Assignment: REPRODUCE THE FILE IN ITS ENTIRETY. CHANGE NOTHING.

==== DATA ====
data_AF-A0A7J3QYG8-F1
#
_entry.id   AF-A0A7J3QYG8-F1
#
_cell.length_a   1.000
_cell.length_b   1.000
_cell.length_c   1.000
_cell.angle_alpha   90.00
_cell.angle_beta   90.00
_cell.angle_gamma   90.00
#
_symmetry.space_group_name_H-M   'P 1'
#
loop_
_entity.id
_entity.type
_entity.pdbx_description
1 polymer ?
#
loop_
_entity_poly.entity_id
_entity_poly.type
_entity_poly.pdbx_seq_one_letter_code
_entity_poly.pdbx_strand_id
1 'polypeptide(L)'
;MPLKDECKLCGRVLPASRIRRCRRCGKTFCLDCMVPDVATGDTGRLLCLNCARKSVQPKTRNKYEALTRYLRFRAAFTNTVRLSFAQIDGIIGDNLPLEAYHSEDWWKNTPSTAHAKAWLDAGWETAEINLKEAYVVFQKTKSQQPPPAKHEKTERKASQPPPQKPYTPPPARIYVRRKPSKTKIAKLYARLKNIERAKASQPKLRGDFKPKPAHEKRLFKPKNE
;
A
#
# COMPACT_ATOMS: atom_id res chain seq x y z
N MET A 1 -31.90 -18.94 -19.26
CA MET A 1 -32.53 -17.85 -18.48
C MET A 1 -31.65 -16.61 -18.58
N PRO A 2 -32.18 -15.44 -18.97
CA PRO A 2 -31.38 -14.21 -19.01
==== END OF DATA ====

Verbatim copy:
data_AF-A0A7J3QYG8-F1
#
_entry.id   AF-A0A7J3QYG8-F1
#
_cell.length_a   1.000
_cell.length_b   1.000
_cell.length_c   1.000
_cell.angle_alpha   90.00
_cell.angle_beta   90.00
_cell.angle_gamma   90.00
#
_symmetry.space_group_name_H-M   'P 1'
#
loop_
_entity.id
_entity.type
_entity.pdbx_description
1 polymer ?
#
loop_
_entity_poly.entity_id
_entity_poly.type
_entity_poly.pdbx_seq_one_letter_code
_entity_poly.pdbx_strand_id
1 'polypeptide(L)'
;MPLKDECKLCGRVLPASRIRRCRRCGKTFCLDCMVPDVATGDTGRLLCLNCARKSVQPKTRNKYEALTRYLRFRAAFTNTVRLSFAQIDGIIGDNLPLEAYHSEDWWKNTPSTAHAKAWLDAGWETAEINLKEAYVVFQKTKSQQPPPAKHEKTERKASQPPPQKPYTPPPARIYVRRKPSKTKIAKLYARLKNIERAKASQPKLRGDFKPKPAHEKRLFKPKNE
;
A
#
# COMPACT_ATOMS: atom_id res chain seq x y z
N MET A 1 -31.90 -18.94 -19.26
CA MET A 1 -32.53 -17.85 -18.48
C MET A 1 -31.65 -16.61 -18.58
N PRO A 2 -32.18 -15.44 -18.97
CA PRO A 2 -31.38 -14.21 -19.01